When Rep. Renee Ellmers talks about what needs to happen to secure the future of the GOP, she tells a story she heard from a staffer who, while packing up the district campaign office after the 2012 elections, stopped to chat with a passer-by.
“The woman said, ‘I’m really glad your boss won,'” Ellmers recalled. “‘But I’m really glad I got to keep my woman’s rights.’
“And that really struck me,” the North Carolina Republican continued, “because it told me that there are women in this country, even in my own hometown, who do not think the Republican Party cares about women, that they would lose their women’s rights if they had a Republican president. … And I thought, ‘That’s really dangerous.'”
Ellmers is one of only 19 women in the House Republican Conference, but as the chairwoman of the burgeoning Republican Women’s Policy Committee she is making it her mission to mobilize her colleagues to prove the party is not just filled with “graying, older white men,” as she said in a recent interview.
The RWPC relaunched its website last month; it is now frequently updated with clips of media appearances made by female House GOP lawmakers, along with information about the legislative initiatives they undertake.
As the committee gets its footing — it was formed only last year by Rep. Mary Bono Mack, R-Calif., who lost her bid for re-election in 2012 — its online presence will be critical to increasing Republican women’s visibility on and beyond Capitol Hill, Ellmers said.
From there, she explained, the RWPC can move into a broader strategy: to show American women that their concerns are being addressed by Republicans in Washington.
“When you look at the voting population, women were the majority vote,” Ellmers said of the 2012 cycle. “The conservative message is what the American women care about, they are issues we work on every day … except we didn’t do a good job of relaying that message.”
Ellmers acknowledged that there were “certainly different incidents that occurred that affected” the impression that Republicans were not in tune with women’s needs.
Though she didn’t elaborate, the memory of two GOP Senate candidates — in Missouri and Indiana — flaming out in 2012 after making controversial comments about rape and abortion is still fresh to many. The Republican Party as a whole has put a renewed focus on recruiting more female candidates as a result.
But just recently, Rep. Trent Franks of Arizona came under fire after he suggested it was rare for a pregnancy to result from rape during a House Judiciary Committee markup of a bill he sponsored that would ban abortions after 20 weeks of pregnancy.
The incident highlighted how sensitive even male party leaders are to the perception that Republicans are tone-deaf when it comes to women’s issues. Leaders decided to amend the bill to include an exception for rape and incest, and they excluded the Arizona Republican from managing the bill’s floor debate. Instead, they tapped Rep. Marsha Blackburn, R-Tenn., and brought in other Republican women to take turns touting the bill on the floor.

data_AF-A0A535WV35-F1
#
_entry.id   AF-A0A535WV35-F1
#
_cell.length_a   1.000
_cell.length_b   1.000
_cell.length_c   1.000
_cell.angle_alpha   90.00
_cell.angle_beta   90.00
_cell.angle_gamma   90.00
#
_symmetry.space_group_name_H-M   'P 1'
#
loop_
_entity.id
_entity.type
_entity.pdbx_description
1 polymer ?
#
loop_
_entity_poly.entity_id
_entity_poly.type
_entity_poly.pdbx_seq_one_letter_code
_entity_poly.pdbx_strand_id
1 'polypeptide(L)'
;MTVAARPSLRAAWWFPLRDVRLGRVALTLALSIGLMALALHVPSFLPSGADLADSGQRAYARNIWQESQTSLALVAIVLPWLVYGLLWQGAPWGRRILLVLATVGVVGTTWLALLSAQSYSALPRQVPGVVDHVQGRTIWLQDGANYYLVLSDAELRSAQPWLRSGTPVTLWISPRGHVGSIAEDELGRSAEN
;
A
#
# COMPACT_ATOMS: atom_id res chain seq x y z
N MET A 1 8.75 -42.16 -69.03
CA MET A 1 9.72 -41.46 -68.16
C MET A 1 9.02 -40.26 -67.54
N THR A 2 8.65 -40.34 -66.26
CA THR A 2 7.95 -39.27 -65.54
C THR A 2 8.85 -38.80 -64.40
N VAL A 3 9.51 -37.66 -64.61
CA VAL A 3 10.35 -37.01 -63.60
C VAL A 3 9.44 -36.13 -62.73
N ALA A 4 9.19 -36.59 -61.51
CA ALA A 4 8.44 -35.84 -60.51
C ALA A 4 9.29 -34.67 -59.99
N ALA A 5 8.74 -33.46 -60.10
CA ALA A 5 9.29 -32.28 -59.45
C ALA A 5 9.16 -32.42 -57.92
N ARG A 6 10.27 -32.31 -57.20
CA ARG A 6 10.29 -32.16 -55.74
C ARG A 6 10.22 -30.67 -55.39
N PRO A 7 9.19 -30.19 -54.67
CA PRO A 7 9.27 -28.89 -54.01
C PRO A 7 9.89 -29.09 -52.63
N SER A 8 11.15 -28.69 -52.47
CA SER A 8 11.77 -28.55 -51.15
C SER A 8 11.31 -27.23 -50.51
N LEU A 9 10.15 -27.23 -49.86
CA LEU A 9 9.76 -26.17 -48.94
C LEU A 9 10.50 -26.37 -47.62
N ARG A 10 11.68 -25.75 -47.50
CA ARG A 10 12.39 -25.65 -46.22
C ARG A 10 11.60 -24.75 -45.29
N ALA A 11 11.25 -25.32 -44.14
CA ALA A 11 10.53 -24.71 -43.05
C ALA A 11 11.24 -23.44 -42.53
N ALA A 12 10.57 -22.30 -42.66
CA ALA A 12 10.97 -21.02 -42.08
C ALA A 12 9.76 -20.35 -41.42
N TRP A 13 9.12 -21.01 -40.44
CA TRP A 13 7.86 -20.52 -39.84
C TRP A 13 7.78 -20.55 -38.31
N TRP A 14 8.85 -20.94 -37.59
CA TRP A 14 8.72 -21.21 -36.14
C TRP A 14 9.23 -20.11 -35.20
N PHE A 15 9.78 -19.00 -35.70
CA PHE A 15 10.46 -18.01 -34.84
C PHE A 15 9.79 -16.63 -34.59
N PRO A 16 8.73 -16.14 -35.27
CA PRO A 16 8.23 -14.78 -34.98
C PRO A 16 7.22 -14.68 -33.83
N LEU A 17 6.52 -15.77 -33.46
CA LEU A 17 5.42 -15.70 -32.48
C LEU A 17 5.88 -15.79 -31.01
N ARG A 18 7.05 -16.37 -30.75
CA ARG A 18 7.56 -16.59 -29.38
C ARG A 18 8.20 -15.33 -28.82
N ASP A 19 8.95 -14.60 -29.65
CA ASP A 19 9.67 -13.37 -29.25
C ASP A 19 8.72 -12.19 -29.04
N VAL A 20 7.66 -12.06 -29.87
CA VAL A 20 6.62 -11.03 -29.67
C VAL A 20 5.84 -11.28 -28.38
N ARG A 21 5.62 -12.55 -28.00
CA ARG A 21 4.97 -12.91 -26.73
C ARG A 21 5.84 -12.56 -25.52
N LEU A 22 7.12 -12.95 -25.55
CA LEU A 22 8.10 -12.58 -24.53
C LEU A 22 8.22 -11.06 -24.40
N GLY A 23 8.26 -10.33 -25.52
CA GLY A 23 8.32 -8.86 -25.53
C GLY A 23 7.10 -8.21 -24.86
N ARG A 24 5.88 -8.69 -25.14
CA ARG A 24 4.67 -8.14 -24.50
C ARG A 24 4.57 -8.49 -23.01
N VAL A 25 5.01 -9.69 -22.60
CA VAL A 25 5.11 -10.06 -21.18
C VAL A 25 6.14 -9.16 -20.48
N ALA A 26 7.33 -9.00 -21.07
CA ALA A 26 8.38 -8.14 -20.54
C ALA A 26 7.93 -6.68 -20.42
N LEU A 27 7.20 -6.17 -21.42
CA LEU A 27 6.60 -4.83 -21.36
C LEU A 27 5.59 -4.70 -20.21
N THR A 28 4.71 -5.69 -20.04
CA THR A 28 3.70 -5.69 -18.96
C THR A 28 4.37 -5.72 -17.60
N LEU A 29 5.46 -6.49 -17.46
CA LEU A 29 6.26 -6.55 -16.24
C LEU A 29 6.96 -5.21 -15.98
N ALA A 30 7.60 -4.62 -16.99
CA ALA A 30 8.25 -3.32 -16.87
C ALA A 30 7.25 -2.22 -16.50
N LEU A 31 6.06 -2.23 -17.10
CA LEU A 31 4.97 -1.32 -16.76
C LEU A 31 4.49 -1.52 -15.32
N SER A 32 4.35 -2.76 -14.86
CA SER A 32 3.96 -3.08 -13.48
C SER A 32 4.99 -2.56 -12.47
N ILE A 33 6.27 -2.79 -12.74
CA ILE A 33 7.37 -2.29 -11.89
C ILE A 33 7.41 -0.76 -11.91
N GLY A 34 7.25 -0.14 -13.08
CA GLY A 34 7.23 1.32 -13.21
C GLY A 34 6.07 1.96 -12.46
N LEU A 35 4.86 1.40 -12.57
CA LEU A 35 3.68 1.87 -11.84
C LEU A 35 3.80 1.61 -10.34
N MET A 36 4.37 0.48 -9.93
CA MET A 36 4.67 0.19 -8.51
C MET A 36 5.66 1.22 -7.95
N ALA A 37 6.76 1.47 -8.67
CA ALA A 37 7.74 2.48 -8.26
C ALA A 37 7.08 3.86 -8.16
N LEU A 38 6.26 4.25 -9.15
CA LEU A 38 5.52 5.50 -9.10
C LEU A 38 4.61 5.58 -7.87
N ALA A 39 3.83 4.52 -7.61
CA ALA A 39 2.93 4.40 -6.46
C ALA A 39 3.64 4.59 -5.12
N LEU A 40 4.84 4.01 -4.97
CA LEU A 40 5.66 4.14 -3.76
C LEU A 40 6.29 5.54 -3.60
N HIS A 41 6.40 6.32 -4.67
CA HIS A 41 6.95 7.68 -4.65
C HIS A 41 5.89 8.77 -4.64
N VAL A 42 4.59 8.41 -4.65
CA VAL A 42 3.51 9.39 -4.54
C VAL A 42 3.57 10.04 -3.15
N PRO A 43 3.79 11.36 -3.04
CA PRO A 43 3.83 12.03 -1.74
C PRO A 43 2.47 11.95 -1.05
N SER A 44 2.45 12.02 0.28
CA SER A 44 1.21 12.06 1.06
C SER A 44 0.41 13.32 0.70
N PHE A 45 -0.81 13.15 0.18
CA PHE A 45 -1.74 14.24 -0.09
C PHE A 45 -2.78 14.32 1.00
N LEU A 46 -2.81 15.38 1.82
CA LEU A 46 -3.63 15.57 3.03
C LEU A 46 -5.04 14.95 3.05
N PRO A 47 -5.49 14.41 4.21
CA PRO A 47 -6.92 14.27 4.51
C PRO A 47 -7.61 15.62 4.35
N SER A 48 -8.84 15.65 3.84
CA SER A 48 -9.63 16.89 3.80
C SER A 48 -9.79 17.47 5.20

Democrats who opposed the measure saw the move as politically manipulative and slammed the GOP for rounding up its few female lawmakers to speak on the bill’s behalf. They called up women on their side of the aisle, pointedly introducing them as members of the Judiciary Committee. (There are no GOP women on the panel, another criticism House Democrats waged against their counterparts in the majority last week.)
But Ellmers said the presence of Republican women on the House floor, advocating for what they considered to be pro-woman legislation, was exactly the kind of thing that will be helpful in the long term.
“It’s always good when a pro-life female comes forward and takes the lead on some of those issues,” Blackburn said.
Still, the episode highlighted how the RWPC’s struggle to gain relevance is complicated by the male-dominated GOP institution.
That was on Bono Mack’s mind when she formed the RWPC in the months before her defeat, as she told CQ Roll Call recently.
“There was never an effort that I was aware of to come to the women in the House and talk about a bill, how it could be improved,” she said.
Ellmers said that is changing, however. She pointed out that the House GOP conference has a chairwoman in Cathy McMorris Rodgers of Washington, a vice chairwoman in Lynn Jenkins of Kansas and a secretary in Virginia Foxx of North Carolina, as well as a freshman representative in Ann Wagner of Missouri.
“I think the culture that has existed within our own party has been led by men, by and large,” Ellmers acknowledged. “Women have not necessarily been putting themselves out there for recognition. … Now we have a group of women empowering each other, whereas in the past women were more independent agents.”
McMorris Rodgers, another active crusader in the quest to expand the Republican base, agreed with that assessment.
“I think to a certain extent it’s up to us, as women, to make our voices heard,” she said in a separate interview. “It’s a two-way street.”